There are many experts that have great influence over policies, especially during a global pandemic. Secretary of the Treasury Janet Yellen is most certainly one of them. Having been the first person ever to lead the White House Council of Economic Advisors, the Federal Reserve, and the Treasury Department, she is certainly qualified and knowledgeable. Hence, when Secretary Yellen makes statements, we must not take them lightly. Earlier this week, Secretary Yellen pointed out that “Economic crises generally do this: They take pre-existing inequalities–and make them even more unequal,” and one of the biggest inequalities contends is among Latinos.
When speaking to the U.S. Hispanic Chamber of Commerce, Secretary Yellen stated that since her first economic course in school in the early ‘60s America has gone through at least five major economic crises. “Each one of those crises was very different, but they all shared at least one significant characteristic: They all hit Latino Americans disproportionately hard,” she said. “If someone tried to design an economic crisis that would unduly target the Hispanic community, they’d probably come up with something that looks a lot like COVID-19.”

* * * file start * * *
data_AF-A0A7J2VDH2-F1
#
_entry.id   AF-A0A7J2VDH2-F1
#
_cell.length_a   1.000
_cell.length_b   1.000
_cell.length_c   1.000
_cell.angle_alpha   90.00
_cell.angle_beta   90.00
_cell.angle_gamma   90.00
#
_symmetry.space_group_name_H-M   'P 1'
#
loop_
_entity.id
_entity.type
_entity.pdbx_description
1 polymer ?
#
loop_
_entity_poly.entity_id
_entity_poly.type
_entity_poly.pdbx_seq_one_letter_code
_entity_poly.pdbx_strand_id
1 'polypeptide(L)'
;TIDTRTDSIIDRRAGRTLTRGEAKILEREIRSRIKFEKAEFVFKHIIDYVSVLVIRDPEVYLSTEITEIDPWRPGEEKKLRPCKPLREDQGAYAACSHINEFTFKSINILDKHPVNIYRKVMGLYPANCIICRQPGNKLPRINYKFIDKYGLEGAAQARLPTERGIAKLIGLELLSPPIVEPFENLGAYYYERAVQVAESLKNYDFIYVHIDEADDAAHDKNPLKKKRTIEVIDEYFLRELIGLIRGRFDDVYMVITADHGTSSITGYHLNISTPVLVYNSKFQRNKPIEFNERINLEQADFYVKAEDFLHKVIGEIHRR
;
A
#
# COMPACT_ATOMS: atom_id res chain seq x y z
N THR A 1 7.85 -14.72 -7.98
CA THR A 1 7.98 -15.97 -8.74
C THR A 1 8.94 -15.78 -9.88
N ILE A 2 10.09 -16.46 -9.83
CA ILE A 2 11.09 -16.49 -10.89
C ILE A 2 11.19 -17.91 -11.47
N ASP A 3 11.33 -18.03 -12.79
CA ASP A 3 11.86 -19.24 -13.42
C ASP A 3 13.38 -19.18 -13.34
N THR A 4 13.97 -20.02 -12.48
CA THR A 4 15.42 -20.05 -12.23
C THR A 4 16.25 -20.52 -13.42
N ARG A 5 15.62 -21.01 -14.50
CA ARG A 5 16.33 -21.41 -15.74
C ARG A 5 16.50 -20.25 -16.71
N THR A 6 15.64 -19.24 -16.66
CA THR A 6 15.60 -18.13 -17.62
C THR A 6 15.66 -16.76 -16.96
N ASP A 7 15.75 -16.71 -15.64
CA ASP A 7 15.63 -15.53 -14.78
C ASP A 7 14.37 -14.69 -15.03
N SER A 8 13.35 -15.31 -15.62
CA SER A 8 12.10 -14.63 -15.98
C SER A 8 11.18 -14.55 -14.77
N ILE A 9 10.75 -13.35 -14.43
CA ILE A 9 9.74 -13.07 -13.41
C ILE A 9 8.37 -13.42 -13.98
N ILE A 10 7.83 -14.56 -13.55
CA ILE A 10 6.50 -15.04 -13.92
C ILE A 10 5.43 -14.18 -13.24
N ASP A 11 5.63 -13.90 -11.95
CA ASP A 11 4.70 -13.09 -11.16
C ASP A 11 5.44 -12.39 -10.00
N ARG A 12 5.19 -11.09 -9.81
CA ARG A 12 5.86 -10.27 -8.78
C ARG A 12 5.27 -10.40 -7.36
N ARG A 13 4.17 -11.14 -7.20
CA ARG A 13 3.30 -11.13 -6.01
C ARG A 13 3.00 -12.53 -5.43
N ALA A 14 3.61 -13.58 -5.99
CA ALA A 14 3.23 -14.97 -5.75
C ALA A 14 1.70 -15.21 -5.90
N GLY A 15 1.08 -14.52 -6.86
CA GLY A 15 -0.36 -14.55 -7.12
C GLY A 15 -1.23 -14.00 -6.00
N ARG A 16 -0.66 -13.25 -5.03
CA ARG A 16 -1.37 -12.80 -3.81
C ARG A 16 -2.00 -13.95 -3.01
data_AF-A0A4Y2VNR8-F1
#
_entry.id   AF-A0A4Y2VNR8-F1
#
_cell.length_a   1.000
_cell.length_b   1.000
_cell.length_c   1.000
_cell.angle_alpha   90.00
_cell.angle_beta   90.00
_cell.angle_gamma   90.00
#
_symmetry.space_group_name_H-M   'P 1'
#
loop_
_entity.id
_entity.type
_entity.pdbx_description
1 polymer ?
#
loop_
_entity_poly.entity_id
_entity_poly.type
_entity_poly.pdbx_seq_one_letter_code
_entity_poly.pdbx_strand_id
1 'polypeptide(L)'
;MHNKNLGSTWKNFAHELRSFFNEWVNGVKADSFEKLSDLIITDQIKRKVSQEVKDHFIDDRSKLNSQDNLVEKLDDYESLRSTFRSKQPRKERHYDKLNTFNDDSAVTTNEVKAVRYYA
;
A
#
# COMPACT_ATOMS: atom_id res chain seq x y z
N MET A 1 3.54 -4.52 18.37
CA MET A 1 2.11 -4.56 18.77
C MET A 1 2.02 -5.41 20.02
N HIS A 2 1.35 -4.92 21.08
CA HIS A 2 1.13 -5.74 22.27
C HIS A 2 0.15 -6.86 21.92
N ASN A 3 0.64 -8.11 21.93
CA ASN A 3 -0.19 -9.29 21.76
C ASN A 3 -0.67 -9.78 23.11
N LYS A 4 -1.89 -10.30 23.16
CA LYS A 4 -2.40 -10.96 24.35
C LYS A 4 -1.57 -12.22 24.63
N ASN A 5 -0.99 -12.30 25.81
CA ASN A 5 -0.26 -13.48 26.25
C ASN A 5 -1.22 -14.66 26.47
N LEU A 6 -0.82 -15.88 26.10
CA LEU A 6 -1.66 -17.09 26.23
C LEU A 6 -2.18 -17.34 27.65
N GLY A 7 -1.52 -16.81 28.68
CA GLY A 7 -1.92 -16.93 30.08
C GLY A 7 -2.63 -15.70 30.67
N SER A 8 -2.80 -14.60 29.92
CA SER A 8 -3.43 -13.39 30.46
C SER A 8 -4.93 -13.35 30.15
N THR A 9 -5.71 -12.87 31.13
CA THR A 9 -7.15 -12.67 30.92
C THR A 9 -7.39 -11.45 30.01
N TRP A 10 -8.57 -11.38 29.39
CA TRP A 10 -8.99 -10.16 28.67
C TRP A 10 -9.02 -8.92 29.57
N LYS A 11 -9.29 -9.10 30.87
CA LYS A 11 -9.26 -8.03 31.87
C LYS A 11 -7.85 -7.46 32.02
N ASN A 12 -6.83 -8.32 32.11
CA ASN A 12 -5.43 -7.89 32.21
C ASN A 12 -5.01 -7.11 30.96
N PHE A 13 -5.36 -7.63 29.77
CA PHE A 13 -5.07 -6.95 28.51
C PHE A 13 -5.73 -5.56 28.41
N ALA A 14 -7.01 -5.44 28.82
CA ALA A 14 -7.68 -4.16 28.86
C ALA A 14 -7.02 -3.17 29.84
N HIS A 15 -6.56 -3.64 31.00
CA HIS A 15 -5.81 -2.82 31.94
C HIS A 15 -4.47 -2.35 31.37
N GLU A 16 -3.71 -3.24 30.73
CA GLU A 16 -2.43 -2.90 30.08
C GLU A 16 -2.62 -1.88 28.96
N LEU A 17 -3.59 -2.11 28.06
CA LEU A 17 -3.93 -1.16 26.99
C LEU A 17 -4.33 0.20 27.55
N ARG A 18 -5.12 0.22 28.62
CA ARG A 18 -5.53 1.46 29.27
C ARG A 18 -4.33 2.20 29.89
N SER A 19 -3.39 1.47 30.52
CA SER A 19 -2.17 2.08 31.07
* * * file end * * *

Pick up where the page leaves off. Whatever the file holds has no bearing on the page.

When we look at the unemployment rates for Latinos over the last five decades and compare it with the national rate, Yellen points out that we’ll see that the lines move in tandem. But, she added, “the Hispanic unemployment rate is always above the national average.” To add more salt to the wound, even though Latino-owned businesses grew at twice the national average, a recent Stanford study found those businesses have a 60% lower loan approval than white-owned businesses.
Secretary Yellen says that the government is prepared to help by infusing $12 billion dollars into Community Development Financial Institutions as well as Minority Depository Institutions. By her own admission, it is only a start, but she believes the funds will make a big difference. “If [we] work together, then I am confident that when someone looks back at the economic data around the pandemic, they won’t simply conclude that Hispanic workers and business were the victims of the 2020 economy. They’ll see that they were the builders of a better one in 2021 and beyond.”
Secretary Yellen summarized all her remarks to the U.S. Hispanic Chamber of Commerce on Twitter: